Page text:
However, filing for bankruptcy does require a lot of paperwork, so it will help to gather the following information ahead of our meeting:
- A list of your creditors and the amount you owe them
- Any sources of income you have, as well as the amount and frequency of payments
- A list of your assets
- A list of your monthly living expenses (food, shelter, utilities, transportation, medication, clothing, etc.)
Our attorneys will talk you through what to expect when you file for bankruptcy, as well as any other alternatives that may be available to you. Our law firm does not charge for this initial consultation, and you are under no pressure or obligation to move forward until you feel ready.
How Does Chapter 7 Bankruptcy Work?
The first step in a Chapter 7 bankruptcy case is to meet with an attorney to determine whether you qualify for this type of bankruptcy. There are strict income limits that are based on the state’s median income level, and your attorney can help you apply the Chapter 7 bankruptcy “means test” to determine whether you may be eligible or whether you should consider filing for Chapter 13 bankruptcy instead.
If you decide to move forward, here are the steps when filing for a Chapter 7 bankruptcy:
- Complete credit counseling. You will receive a certificate to show the court.
- File a petition with the Bankruptcy Court. This will automatically stop most creditors from contacting you.
- File additional documentation regarding your assets and liabilities, income and expenditures, financial affairs, and other information. You will also need to provide a copy of your tax return for the most recent year.
- The Bankruptcy Court will appoint a trustee to liquidate any nonexempt assets and oversee the case. The trustee will pay unsecured creditors with proceeds from the sale of nonexempt assets. (In many Chapter 7 cases, all of the person’s assets are either exempt or subject to valid liens, which means they cannot be liquidated.)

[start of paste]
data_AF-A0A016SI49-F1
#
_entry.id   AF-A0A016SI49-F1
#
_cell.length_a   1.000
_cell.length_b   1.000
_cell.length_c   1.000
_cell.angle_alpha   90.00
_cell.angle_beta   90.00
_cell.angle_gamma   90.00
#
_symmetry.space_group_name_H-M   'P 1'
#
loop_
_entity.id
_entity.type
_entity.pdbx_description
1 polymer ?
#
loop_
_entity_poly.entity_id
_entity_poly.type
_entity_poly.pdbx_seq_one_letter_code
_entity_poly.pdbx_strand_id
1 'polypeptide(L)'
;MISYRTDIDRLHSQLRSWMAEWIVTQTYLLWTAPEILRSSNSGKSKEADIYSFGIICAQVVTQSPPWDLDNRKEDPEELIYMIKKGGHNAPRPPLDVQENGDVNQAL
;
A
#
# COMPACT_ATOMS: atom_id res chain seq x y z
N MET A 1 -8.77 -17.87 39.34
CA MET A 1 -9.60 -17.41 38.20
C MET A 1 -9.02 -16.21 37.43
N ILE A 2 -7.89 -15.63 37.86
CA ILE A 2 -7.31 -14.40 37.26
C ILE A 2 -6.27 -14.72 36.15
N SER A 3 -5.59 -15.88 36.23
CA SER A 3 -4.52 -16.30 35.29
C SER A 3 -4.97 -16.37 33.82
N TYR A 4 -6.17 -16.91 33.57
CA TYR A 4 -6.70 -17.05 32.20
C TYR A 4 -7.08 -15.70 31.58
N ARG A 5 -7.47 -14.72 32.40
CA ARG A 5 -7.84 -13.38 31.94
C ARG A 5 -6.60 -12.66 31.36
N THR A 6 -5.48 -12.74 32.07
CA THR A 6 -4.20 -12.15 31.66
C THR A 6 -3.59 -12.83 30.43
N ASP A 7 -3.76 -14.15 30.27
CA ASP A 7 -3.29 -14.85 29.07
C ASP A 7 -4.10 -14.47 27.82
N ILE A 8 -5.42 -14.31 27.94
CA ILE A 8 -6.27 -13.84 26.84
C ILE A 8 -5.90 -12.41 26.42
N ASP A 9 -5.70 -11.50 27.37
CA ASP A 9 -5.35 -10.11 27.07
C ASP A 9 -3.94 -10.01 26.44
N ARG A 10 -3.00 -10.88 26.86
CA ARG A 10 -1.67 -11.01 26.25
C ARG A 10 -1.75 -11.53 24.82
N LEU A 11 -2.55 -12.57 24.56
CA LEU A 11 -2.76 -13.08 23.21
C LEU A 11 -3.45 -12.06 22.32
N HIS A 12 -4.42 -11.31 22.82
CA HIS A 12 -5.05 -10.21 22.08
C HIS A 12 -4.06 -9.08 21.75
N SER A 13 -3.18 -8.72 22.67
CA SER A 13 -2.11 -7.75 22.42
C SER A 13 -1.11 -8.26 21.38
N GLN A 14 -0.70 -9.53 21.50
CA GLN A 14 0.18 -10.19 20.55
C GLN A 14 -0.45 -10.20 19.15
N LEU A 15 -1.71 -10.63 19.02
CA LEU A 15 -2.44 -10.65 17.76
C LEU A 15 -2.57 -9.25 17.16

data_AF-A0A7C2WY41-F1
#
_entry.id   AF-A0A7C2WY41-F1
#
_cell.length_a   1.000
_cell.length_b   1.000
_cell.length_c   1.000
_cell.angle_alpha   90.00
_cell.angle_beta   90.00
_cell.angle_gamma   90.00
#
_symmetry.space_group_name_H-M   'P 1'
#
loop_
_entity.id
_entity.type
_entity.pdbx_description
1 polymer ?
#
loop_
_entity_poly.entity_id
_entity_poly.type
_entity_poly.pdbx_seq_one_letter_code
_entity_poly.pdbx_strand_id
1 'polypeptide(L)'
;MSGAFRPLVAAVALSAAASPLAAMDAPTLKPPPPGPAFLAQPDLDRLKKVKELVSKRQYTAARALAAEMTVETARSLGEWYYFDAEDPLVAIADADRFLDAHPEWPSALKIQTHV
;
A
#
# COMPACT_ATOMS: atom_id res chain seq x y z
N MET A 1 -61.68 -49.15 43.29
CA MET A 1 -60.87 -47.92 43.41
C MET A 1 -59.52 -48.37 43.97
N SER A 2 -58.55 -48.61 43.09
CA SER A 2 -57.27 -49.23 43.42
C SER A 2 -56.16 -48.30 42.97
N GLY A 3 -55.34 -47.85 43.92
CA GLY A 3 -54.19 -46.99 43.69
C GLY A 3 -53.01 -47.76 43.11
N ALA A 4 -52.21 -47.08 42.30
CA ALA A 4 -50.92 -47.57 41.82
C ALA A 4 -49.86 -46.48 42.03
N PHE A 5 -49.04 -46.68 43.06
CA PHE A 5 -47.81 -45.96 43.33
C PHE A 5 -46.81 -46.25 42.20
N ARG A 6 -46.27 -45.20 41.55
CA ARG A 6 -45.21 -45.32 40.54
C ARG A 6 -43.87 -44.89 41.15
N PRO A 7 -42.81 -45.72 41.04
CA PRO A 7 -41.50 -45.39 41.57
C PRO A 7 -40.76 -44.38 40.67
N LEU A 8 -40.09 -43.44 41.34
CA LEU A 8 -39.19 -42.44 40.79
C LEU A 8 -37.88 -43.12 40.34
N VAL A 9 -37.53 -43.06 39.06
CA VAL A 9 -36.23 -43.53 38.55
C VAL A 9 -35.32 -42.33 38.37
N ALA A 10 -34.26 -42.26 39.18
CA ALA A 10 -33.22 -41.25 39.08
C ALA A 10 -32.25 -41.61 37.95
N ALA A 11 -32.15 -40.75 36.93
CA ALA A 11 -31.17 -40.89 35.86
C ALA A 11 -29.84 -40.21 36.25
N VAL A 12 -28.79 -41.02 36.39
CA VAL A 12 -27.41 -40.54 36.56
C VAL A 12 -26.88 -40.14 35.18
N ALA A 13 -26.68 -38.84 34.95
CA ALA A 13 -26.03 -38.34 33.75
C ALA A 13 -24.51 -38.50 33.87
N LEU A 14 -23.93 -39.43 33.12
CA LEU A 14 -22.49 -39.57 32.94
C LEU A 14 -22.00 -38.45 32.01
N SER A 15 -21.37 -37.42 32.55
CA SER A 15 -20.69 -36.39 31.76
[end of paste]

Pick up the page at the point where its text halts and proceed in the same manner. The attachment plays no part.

- The trustee will hold a meeting of creditors, known as a 341 meeting. This will be held between 21 and 40 days after your bankruptcy petition is filed. You and your attorney will attend, and you will be put under oath to answer questions about your finances.
- In most cases, the Bankruptcy Court will issue a discharge order. A discharge releases you from most debts and stops creditors from pursuing you any further. This typically happens 60 to 90 days after the creditors’ meeting.
Although most Chapter 7 cases move through the system smoothly, our experienced bankruptcy lawyers are always prepared for bumps in the road. We have extensive experience in bankruptcy litigation, and if needed, we can help you convert a Chapter 7 into a Chapter 13.
Why Could a Chapter 7 Discharge Be Denied?
In general, 99 percent of individual debtors receive a discharge in Chapter 7 cases (excluding those that are converted or dismissed).
Some of the reasons a Chapter 7 discharge could be denied include:
- The debtor did not keep or provide adequate financial records.
- The debtor could not adequately explain loss of assets.
- The debtor committed a bankruptcy crime (perjury, etc.)
- The debtor fraudulently transferred, hid, or destroyed property that should have been liquidated.
Working with a qualified Chapter 7 bankruptcy lawyer can help you avoid making mistakes that may prove harmful to your case. Schedule a free consultation with our team today to talk about your situation and learn about your options.
How Can Our Bankruptcy Lawyers Help You?
At the Sasser Law Firm, we are committed to helping individuals and families get a fresh start financially. We pride ourselves on being honest and open about what we think would be best for you, especially if we think there are ways you could avoid bankruptcy.
Since our firm’s founding, we have handled more than 8,500 bankruptcy cases, and we have extensive experience in both emergency and complex cases. Schedule a free consultation with our team today to talk about your case.
When you choose the Sasser Law Firm, you will work directly with a board-certified attorney, not a paralegal or a legal assistant. Our North Carolina bankruptcy law firm serves clients throughout the state, including in Wake, Harnett, Johnston, Durham, Orange, Granville, Vance, Franklin, Warren, Nash, Lee, Chatham, and Moore counties.